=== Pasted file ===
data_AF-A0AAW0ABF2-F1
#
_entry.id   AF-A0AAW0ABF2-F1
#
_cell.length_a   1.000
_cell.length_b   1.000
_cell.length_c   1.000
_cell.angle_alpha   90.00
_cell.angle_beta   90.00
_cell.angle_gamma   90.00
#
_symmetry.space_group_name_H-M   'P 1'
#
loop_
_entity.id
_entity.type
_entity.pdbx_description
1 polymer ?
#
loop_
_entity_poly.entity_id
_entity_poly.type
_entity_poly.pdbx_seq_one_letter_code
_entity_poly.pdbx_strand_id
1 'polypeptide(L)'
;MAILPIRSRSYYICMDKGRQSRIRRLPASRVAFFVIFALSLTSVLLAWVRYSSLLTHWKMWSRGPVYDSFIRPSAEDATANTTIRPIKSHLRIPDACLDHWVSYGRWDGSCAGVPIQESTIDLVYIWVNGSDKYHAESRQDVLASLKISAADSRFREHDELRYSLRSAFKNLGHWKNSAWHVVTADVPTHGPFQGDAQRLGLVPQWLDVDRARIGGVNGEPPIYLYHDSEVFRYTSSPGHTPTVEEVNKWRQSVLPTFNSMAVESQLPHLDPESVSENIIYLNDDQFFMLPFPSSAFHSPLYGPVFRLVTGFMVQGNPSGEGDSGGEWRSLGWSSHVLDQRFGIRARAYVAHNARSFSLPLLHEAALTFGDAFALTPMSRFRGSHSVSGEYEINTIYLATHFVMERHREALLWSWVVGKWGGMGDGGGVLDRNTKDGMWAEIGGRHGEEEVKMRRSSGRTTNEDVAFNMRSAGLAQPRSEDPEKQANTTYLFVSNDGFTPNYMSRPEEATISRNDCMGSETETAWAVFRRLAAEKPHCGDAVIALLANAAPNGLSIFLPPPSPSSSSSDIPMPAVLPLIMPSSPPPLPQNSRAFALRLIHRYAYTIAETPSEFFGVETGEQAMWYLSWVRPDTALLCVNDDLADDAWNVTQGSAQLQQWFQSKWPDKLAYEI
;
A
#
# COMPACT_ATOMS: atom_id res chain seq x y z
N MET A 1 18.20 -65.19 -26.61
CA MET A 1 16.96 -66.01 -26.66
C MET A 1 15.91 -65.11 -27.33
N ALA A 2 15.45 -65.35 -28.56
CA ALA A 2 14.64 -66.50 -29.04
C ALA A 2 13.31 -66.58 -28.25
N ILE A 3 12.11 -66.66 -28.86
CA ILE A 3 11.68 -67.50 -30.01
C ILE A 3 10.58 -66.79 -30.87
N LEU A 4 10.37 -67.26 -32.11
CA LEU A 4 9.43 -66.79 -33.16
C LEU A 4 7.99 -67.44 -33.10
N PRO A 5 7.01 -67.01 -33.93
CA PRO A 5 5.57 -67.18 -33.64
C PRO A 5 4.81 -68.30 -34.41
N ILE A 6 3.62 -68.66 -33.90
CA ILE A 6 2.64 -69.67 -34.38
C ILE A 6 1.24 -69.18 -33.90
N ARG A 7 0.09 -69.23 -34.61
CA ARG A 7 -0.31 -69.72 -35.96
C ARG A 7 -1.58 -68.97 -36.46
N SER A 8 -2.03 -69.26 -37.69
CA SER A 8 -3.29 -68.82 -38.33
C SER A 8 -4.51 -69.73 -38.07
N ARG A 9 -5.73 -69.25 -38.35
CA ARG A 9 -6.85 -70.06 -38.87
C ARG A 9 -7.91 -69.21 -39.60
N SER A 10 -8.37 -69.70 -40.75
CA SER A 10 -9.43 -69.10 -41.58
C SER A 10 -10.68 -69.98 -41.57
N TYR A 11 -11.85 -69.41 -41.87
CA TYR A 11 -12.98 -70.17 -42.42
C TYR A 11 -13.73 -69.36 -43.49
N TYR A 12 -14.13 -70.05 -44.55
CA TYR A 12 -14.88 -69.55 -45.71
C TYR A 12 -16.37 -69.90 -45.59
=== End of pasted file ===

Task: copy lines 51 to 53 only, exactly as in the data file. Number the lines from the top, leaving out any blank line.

C ARG A 7 -1.58 -68.97 -36.46
N SER A 8 -2.03 -69.26 -37.69
CA SER A 8 -3.29 -68.82 -38.33